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Maurice Everett Unwin

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Maurice Everett Unwin (1876-1930)

1930 Obituary [1]

MAURICE EVERETT UNWIN, who was a Cousin of Dr. W. Cawthorne Unwin, Past-President, had been connected with Messrs. John Brown and Company of Sheffield since 1898, and was works manager and a local director of the firm. He was in charge of the armour department at the Atlas Works during the War.

Mr. Unwin was born in 1876 and received his technical education at University College, Leeds.

He was apprenticed for four years with Messrs. John Musgrave and Sons of Bolton before going to Sheffield.

He became an Associate Member of the Institution in 1901 and he was a Member of the Institution of Civil Engineers.

His death occurred at Reading, on 18th April 1930.

1930 Obituary[2]


The news of the somewhat sudden death of Mr. Maurice Everett Unwin, at Reading, on April 18 last, will be received with regret by many persons in the steel industry. Mr. Unwin, who was a local direotor, and had latterly been acting as works manager, of Messrs. John Brown and Company, Limited, Atlas Works, Sheffield, had been in the service of this firm for about 32 years. The younger son of the late Mr. E. Philip Unwin, and a nephew of Mr. William Cawthorne Unwin, F.R.S., he was born at Bradford on January 18, 1876, and received his general education, first at Bedford Grammar School, then at Giggleswick Grammar School, and finally at Yorkshire College, Leeds, in which latter institution he commenced his engineering studies. In 1893, at the age Of 17, he entered upon a five years’ apprenticeship at the Globe Ironworks, Bolton, of Messrs. John Musgrave and Sons, Limited. Mr. Unwin’s long association with Messrs. John Brown, of Sheffield, began in 1898, in which year he was appointed assistant engineer in charge of machine tools in the armour-plate machine shops of Atlas Works. A year later he became assistant manager of the armour-plate department, and was subsequently made responsible for the design, inspection during manufacture, and installation of new engineering plant for the armour-plate department, including heavy machine tools. In connection with the complete conversion of the existing plant to electric driving, he visited many of the principal works in the United States, Germany, and Austria, and studied the methods employed by them.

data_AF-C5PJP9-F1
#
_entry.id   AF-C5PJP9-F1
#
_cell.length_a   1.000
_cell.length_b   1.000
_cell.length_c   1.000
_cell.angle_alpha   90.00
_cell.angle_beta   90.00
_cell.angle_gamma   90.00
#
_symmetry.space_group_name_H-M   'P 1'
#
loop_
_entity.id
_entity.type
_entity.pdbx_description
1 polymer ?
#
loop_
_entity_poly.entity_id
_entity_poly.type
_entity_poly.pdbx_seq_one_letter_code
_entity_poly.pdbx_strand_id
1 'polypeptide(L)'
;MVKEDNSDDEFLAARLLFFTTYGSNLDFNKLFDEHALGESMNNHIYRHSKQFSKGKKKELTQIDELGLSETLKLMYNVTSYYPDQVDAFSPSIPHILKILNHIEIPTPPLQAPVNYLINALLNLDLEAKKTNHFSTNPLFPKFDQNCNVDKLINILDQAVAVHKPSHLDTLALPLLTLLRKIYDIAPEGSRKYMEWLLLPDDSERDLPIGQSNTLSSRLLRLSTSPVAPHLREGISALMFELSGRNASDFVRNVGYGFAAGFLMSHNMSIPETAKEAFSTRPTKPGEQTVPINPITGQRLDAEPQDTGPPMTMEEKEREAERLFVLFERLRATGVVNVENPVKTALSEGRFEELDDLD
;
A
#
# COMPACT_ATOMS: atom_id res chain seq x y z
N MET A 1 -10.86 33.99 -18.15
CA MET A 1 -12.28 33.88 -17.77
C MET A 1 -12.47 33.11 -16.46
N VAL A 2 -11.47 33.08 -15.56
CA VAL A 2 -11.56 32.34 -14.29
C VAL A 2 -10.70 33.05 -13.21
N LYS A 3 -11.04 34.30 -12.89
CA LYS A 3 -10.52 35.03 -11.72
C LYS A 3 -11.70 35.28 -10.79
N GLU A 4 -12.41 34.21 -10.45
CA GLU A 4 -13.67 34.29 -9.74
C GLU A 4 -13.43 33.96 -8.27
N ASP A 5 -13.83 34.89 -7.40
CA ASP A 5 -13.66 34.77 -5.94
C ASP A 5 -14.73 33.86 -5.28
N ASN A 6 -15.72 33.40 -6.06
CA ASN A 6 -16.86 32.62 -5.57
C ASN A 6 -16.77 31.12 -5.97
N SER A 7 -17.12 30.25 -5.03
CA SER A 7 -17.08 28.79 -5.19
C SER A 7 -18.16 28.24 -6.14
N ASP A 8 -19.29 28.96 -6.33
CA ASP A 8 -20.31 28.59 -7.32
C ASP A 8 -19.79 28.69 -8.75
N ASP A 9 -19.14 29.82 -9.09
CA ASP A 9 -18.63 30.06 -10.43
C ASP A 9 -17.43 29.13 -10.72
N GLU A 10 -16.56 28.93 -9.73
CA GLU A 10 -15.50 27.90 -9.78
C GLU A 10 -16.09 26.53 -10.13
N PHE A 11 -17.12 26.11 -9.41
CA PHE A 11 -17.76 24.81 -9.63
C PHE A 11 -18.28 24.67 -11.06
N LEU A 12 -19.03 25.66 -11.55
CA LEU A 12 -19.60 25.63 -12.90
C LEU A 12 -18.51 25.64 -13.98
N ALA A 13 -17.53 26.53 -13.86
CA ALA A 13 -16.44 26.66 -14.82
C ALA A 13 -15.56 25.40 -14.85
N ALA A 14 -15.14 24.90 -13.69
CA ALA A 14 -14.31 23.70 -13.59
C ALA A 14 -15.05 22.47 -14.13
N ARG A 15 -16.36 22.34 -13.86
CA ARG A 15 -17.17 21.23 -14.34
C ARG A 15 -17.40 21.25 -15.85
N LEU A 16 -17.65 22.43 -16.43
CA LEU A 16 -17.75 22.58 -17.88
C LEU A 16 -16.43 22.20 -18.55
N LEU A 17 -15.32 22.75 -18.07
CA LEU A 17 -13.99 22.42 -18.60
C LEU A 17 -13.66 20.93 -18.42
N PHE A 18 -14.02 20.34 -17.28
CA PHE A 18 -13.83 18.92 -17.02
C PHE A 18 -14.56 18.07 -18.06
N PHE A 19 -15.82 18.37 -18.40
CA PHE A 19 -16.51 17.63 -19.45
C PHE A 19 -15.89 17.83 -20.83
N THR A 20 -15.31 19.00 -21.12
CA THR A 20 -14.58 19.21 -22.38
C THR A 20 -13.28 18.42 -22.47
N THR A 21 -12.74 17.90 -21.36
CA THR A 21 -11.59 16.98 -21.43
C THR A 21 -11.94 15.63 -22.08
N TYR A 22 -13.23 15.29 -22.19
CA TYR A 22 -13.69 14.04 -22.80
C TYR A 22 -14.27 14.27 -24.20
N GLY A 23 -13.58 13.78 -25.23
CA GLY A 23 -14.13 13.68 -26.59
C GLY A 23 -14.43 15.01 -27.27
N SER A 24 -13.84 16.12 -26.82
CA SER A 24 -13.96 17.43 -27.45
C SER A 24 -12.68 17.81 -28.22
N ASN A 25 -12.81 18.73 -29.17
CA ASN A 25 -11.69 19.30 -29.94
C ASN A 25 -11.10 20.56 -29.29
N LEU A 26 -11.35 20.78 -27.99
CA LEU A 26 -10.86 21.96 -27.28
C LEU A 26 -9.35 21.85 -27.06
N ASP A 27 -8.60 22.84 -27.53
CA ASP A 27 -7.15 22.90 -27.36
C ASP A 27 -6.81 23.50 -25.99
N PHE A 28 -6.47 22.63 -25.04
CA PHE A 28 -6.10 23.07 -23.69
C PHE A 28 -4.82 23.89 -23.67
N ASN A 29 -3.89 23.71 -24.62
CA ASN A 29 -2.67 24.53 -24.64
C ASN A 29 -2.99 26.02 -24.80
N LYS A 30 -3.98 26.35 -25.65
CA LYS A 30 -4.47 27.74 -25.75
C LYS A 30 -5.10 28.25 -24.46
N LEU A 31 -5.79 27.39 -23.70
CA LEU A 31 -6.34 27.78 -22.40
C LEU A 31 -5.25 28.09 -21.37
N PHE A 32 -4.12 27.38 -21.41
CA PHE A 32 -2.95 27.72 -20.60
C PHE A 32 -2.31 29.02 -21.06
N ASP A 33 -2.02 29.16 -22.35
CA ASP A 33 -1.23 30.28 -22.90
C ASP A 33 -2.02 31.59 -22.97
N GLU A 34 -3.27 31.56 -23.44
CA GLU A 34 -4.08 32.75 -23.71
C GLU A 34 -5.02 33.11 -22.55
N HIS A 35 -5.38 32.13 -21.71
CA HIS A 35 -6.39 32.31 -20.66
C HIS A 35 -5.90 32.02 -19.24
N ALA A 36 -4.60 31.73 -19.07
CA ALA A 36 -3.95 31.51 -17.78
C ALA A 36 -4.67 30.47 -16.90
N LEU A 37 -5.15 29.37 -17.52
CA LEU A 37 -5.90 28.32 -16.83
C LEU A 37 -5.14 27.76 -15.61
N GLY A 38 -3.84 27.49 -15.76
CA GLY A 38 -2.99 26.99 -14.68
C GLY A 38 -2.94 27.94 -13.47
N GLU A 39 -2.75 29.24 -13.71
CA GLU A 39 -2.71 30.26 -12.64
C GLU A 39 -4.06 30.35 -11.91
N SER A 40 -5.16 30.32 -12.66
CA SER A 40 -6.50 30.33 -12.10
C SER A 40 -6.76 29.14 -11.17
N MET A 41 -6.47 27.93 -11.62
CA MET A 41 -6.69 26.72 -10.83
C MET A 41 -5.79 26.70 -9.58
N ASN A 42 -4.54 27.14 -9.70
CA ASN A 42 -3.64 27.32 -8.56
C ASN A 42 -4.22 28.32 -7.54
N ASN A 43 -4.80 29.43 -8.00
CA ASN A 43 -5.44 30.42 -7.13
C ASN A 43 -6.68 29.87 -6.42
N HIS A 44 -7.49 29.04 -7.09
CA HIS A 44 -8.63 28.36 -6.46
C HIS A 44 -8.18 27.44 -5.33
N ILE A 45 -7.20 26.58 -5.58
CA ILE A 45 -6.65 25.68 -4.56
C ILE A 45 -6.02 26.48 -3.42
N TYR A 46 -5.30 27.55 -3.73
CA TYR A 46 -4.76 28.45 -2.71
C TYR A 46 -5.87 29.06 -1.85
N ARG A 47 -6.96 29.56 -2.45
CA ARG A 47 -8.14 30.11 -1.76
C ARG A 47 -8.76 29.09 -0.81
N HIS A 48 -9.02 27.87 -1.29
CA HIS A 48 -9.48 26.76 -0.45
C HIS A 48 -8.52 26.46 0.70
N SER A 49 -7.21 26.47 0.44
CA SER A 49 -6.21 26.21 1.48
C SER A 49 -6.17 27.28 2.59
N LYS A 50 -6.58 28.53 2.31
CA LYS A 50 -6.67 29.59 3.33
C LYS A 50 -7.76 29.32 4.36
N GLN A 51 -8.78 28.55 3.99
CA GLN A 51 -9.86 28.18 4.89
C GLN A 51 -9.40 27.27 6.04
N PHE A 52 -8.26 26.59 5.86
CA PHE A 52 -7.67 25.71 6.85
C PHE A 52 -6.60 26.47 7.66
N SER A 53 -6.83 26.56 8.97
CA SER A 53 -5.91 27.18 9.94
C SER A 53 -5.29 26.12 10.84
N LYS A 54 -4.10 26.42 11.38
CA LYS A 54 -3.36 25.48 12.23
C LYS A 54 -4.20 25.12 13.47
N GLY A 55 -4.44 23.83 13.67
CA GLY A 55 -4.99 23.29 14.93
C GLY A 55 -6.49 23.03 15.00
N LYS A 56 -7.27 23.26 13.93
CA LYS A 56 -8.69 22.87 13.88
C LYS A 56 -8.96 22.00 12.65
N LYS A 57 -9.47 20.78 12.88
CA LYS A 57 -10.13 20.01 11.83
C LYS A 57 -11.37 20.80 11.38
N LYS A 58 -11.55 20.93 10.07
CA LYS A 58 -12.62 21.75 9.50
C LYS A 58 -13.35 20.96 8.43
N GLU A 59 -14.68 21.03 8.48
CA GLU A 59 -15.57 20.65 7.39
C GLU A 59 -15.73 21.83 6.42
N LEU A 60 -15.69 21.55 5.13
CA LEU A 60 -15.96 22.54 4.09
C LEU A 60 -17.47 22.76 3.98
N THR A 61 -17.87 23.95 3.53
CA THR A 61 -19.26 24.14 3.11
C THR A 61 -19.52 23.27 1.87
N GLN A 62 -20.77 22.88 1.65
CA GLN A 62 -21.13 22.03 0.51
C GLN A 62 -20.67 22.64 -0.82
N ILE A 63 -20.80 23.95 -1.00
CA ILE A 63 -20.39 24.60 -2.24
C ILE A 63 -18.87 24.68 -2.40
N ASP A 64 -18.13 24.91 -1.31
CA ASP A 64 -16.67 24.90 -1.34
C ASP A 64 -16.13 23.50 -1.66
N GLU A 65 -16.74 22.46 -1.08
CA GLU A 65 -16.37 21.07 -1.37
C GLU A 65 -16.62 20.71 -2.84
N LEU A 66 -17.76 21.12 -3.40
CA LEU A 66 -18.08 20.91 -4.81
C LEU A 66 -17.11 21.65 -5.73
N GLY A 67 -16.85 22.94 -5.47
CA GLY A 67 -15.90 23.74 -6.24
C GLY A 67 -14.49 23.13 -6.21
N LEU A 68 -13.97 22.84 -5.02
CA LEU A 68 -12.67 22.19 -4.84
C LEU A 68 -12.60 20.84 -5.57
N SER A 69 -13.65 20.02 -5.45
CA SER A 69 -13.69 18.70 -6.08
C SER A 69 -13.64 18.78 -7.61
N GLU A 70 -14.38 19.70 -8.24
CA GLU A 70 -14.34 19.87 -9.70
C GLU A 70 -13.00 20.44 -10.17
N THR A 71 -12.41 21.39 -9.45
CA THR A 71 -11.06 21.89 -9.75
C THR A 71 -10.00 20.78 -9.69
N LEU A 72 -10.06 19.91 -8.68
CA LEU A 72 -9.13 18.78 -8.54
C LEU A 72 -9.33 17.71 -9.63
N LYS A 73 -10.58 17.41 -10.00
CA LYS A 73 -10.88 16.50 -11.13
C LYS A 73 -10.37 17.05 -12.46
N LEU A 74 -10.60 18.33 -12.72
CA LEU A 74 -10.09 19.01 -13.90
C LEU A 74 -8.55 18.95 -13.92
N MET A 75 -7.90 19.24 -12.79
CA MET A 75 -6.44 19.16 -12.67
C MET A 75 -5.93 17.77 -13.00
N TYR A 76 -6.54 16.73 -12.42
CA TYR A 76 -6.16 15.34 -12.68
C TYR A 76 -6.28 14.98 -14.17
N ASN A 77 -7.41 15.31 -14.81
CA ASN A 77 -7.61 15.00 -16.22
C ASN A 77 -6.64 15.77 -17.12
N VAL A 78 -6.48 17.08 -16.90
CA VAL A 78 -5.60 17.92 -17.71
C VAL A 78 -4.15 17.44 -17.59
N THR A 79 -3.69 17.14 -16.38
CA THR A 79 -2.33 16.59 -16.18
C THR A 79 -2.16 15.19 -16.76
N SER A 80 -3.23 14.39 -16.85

Mr. Unwin was promoted to the rank of manager of the North Department of the Atlas Works in 1904, and, while acting in this capacity, was in sole charge of hydraulic bending presses, furnaces and special heat-trcatment plant, and machine shops for the finishing and erecting of armour plates and gun shields. He also had Under his control machine shops engaged in the production of marine shafting, and turbine and gun forgings, and rolling mills turning out various sections. In addition, the manufacture of marine boiler furnaces was under his supervision. During the trying years of the European War, Mr. Unwin was in full charge of the armour-plate department, when armour of a most difficult type was successfully produced. He was appointed a local director of the company in 1919, and, as we have already stated, had latterly been acting as works manager. Mr. Unwin’s knowledge of the involved technique of armour-plate manufacture was profound, but, in addition to his technical abilities, he was a man of many parts and was much esteemed by those with whom he came into contact. Mr. Unwin Was elected an associate member of the Institution of Meohanical Engineers in 1901, and became a member of the Iron and Steel Institute in 1906. He was elected to full membership of the Institution of Civil Engineers on April 21, 1914."

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